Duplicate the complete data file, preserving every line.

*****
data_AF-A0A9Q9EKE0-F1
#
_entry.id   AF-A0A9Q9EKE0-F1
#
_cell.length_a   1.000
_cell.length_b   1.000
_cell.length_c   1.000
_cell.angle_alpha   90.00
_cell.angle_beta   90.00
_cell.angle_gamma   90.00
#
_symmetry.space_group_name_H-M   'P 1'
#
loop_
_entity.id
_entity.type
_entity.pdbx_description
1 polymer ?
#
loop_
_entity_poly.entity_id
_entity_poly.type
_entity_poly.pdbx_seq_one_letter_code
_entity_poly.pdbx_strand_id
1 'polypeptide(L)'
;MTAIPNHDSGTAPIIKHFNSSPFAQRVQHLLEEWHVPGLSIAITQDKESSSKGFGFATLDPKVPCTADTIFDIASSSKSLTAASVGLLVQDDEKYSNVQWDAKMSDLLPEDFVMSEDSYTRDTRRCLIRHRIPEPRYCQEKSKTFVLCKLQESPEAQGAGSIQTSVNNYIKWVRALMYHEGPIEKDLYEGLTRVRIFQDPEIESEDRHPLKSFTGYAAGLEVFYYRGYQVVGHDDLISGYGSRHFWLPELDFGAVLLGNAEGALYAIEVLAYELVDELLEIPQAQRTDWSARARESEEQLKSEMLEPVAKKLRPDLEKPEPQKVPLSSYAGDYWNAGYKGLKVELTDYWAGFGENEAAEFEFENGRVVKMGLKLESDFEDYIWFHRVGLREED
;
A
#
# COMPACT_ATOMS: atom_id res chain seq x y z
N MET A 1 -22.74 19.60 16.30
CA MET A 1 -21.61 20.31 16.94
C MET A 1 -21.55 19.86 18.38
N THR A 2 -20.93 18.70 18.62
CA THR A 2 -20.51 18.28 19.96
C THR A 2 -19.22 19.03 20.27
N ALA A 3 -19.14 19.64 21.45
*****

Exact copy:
data_AF-A0A9Q9EKE0-F1
#
_entry.id   AF-A0A9Q9EKE0-F1
#
_cell.length_a   1.000
_cell.length_b   1.000
_cell.length_c   1.000
_cell.angle_alpha   90.00
_cell.angle_beta   90.00
_cell.angle_gamma   90.00
#
_symmetry.space_group_name_H-M   'P 1'
#
loop_
_entity.id
_entity.type
_entity.pdbx_description
1 polymer ?
#
loop_
_entity_poly.entity_id
_entity_poly.type
_entity_poly.pdbx_seq_one_letter_code
_entity_poly.pdbx_strand_id
1 'polypeptide(L)'
;MTAIPNHDSGTAPIIKHFNSSPFAQRVQHLLEEWHVPGLSIAITQDKESSSKGFGFATLDPKVPCTADTIFDIASSSKSLTAASVGLLVQDDEKYSNVQWDAKMSDLLPEDFVMSEDSYTRDTRRCLIRHRIPEPRYCQEKSKTFVLCKLQESPEAQGAGSIQTSVNNYIKWVRALMYHEGPIEKDLYEGLTRVRIFQDPEIESEDRHPLKSFTGYAAGLEVFYYRGYQVVGHDDLISGYGSRHFWLPELDFGAVLLGNAEGALYAIEVLAYELVDELLEIPQAQRTDWSARARESEEQLKSEMLEPVAKKLRPDLEKPEPQKVPLSSYAGDYWNAGYKGLKVELTDYWAGFGENEAAEFEFENGRVVKMGLKLESDFEDYIWFHRVGLREED
;
A
#
# COMPACT_ATOMS: atom_id res chain seq x y z
N MET A 1 -22.74 19.60 16.30
CA MET A 1 -21.61 20.31 16.94
C MET A 1 -21.55 19.86 18.38
N THR A 2 -20.93 18.70 18.62
CA THR A 2 -20.51 18.28 19.96
C THR A 2 -19.22 19.03 20.27
N ALA A 3 -19.14 19.64 21.45